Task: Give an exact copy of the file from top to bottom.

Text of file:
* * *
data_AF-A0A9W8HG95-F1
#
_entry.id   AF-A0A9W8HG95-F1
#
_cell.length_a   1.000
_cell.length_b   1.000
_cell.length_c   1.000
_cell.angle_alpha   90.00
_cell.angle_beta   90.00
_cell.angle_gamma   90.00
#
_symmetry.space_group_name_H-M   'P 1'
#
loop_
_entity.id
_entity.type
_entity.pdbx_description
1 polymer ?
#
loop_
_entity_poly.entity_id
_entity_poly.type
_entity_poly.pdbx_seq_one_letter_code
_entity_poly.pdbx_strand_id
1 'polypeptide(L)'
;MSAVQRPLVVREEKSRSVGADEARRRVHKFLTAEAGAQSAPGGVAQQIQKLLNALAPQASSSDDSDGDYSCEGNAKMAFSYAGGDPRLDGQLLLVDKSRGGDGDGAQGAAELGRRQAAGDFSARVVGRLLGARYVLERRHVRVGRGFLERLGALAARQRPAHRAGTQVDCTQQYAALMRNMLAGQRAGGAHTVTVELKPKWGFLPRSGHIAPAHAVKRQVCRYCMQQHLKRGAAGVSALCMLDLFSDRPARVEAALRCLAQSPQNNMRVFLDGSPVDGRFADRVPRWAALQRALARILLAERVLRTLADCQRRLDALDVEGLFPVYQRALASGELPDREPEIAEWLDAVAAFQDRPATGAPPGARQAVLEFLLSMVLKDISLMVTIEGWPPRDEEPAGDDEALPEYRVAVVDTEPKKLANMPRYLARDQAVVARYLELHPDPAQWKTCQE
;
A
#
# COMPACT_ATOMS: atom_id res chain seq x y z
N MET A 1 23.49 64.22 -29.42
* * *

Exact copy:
data_AF-A0A9W8HG95-F1
#
_entry.id   AF-A0A9W8HG95-F1
#
_cell.length_a   1.000
_cell.length_b   1.000
_cell.length_c   1.000
_cell.angle_alpha   90.00
_cell.angle_beta   90.00
_cell.angle_gamma   90.00
#
_symmetry.space_group_name_H-M   'P 1'
#
loop_
_entity.id
_entity.type
_entity.pdbx_description
1 polymer ?
#
loop_
_entity_poly.entity_id
_entity_poly.type
_entity_poly.pdbx_seq_one_letter_code
_entity_poly.pdbx_strand_id
1 'polypeptide(L)'
;MSAVQRPLVVREEKSRSVGADEARRRVHKFLTAEAGAQSAPGGVAQQIQKLLNALAPQASSSDDSDGDYSCEGNAKMAFSYAGGDPRLDGQLLLVDKSRGGDGDGAQGAAELGRRQAAGDFSARVVGRLLGARYVLERRHVRVGRGFLERLGALAARQRPAHRAGTQVDCTQQYAALMRNMLAGQRAGGAHTVTVELKPKWGFLPRSGHIAPAHAVKRQVCRYCMQQHLKRGAAGVSALCMLDLFSDRPARVEAALRCLAQSPQNNMRVFLDGSPVDGRFADRVPRWAALQRALARILLAERVLRTLADCQRRLDALDVEGLFPVYQRALASGELPDREPEIAEWLDAVAAFQDRPATGAPPGARQAVLEFLLSMVLKDISLMVTIEGWPPRDEEPAGDDEALPEYRVAVVDTEPKKLANMPRYLARDQAVVARYLELHPDPAQWKTCQE
;
A
#
# COMPACT_ATOMS: atom_id res chain seq x y z
N MET A 1 23.49 64.22 -29.42